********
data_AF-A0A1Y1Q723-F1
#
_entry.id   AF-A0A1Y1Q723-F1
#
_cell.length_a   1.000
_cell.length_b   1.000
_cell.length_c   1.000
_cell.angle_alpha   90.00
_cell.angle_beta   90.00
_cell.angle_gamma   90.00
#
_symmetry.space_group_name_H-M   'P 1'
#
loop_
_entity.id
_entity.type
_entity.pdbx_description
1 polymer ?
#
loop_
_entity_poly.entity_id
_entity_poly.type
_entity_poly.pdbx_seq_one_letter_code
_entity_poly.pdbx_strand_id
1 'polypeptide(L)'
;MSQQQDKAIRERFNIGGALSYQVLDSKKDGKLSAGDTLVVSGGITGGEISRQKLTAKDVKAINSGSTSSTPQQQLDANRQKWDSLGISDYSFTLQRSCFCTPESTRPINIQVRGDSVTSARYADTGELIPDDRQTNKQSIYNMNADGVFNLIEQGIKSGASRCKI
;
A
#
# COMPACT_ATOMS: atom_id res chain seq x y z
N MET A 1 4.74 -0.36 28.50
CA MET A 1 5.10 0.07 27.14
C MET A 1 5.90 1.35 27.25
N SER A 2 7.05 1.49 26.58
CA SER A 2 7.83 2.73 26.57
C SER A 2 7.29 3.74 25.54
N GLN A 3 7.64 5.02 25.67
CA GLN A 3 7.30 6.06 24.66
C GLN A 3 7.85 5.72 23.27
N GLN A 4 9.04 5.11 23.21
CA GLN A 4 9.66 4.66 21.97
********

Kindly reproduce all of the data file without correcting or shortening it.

data_AF-A0A1Y1Q723-F1
#
_entry.id   AF-A0A1Y1Q723-F1
#
_cell.length_a   1.000
_cell.length_b   1.000
_cell.length_c   1.000
_cell.angle_alpha   90.00
_cell.angle_beta   90.00
_cell.angle_gamma   90.00
#
_symmetry.space_group_name_H-M   'P 1'
#
loop_
_entity.id
_entity.type
_entity.pdbx_description
1 polymer ?
#
loop_
_entity_poly.entity_id
_entity_poly.type
_entity_poly.pdbx_seq_one_letter_code
_entity_poly.pdbx_strand_id
1 'polypeptide(L)'
;MSQQQDKAIRERFNIGGALSYQVLDSKKDGKLSAGDTLVVSGGITGGEISRQKLTAKDVKAINSGSTSSTPQQQLDANRQKWDSLGISDYSFTLQRSCFCTPESTRPINIQVRGDSVTSARYADTGELIPDDRQTNKQSIYNMNADGVFNLIEQGIKSGASRCKI
;
A
#
# COMPACT_ATOMS: atom_id res chain seq x y z
N MET A 1 4.74 -0.36 28.50
CA MET A 1 5.10 0.07 27.14
C MET A 1 5.90 1.35 27.25
N SER A 2 7.05 1.49 26.58
CA SER A 2 7.83 2.73 26.57
C SER A 2 7.29 3.74 25.54
N GLN A 3 7.64 5.02 25.67
CA GLN A 3 7.30 6.06 24.66
C GLN A 3 7.85 5.72 23.27
N GLN A 4 9.04 5.11 23.21
CA GLN A 4 9.66 4.66 21.97